Stepping around the inherent staleness of telling the same Tarzan backstory, “The Legend of Tarzan” shows what happened after John Clayton, otherwise known as “Tarzan” (Alexander Skarsgård), returned to England with his wife, Jane Porter (Margot Robbie), to reclaim his birthright in the British aristocracy. Tarzan grudgingly agrees to return to the Congo to help George Washington Williams (Samuel L. Jackson) investigate claims that Leon Rom (Christoph Waltz), following Belgian King Leopold’s orders, is enslaving the Congolese people.
“The Legend of Tarzan” is the wrong classic story to get a reboot in 21st-century America. In an era of increasing criticism toward the inordinate whiteness in the entertainment industry, releasing a movie about a white man with superhuman abilities who has dominion over the jungle’s animals and leads the indigenous people was the wrong decision. Time and again, Tarzan has been called out by critics and academics for being no more than a thinly veiled story of white supremacy. Although “The Legend of Tarzan” tries to combat this by having Tarzan fight the Belgian colonizers, who are using the native peoples for slave labor, the conflict crumbles under the pressure and comes off as another white-savior fantasy.
Basic elements of the film like Tarzan’s ability to speak to animals and the relationship between Tarzan, Jane and the villagers outside of the jungle are explained quickly through dialogue with George Washington Williams. However, some of the explanations the dialogue provides make less sense than saying he is Tarzan and that is how it works. At times, George Washington Williams’ face shows disbelief in the explanations given.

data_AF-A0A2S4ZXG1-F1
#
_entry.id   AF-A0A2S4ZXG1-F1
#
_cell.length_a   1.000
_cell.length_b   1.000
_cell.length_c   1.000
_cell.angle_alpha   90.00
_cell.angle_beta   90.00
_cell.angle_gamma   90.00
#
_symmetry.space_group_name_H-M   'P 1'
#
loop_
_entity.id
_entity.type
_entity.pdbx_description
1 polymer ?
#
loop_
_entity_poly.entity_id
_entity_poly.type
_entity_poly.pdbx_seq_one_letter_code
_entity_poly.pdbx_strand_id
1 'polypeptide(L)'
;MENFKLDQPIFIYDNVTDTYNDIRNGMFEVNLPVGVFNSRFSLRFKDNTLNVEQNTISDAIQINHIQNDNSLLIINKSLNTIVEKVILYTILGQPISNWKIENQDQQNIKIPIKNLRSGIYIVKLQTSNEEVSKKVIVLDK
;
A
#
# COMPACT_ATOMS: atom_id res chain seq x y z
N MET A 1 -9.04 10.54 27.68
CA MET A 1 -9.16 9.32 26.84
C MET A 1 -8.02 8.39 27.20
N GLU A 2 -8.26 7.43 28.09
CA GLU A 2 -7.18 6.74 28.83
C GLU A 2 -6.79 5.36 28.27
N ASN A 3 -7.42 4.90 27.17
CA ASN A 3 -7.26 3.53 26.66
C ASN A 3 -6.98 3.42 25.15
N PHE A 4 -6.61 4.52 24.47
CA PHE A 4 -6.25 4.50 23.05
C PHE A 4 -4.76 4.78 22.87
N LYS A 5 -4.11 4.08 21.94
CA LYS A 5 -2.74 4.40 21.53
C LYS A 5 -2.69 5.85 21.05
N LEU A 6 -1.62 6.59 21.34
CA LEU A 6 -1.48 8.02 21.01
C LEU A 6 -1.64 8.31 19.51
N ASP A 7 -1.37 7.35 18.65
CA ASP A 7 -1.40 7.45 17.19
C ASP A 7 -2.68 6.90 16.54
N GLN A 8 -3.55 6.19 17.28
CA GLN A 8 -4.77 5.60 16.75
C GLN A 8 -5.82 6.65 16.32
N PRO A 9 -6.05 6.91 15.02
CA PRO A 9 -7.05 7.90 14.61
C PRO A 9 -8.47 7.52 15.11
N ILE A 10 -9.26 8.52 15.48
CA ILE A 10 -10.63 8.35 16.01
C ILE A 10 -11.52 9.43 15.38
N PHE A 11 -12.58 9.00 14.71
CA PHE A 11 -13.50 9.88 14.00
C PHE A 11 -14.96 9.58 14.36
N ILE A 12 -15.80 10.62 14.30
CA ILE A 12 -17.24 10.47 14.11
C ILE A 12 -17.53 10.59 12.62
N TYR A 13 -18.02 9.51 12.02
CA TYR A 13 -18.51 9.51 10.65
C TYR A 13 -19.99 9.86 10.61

“The Legend of Tarzan,” lacking the repartee common between heroes and sidekicks, disservices its protagonists, Tarzan and Dr. Williams. Samuel L. Jackson finds humor even in the more dramatic scenes, but subscribes to British stylings — sarcastic and deadpanned. However, it’s never clear whether Tarzan understands the sarcasm or not, since he is so stoic throughout the film.
The film has been promoted as an action film, yet the action sequences are underwhelming, in part due to the way they were shot. One of those live-action scenes features Tarzan fighting the guards on the train to save the Africans the Belgians enslaved. The way it was filmed, the camera stayed trained on his face; it was only at the end of the sequence that viewers were able to see the consequences. The CGI sequences aren’t much better, between the halos around the animals proving they aren’t there and the blurred action scenes, the CGI looked sloppy. Tarzan is known to swing from vines, so when he is finally shown swinging from the trees it was vastly underwhelming. The vine he swung from looked more like a cheap rope than a vine. To make matters worse everything in the shot was fuzzy — the trees he swung past, the train he landed on, even Tarzan himself.
It seems like there were hopes that Alexander Skarsgård would be attractive enough to overcome the combination of issues prevalent in the movie. However, “The Legend of Tarzan” is crushed under that weight.
Director: David Yates
Starring: Alexander Skarsgård, Christoph Waltz, Samuel L. Jackson, Margot Robbie
Release Date: July 1, 2016
Image Courtesy of AceShowBiz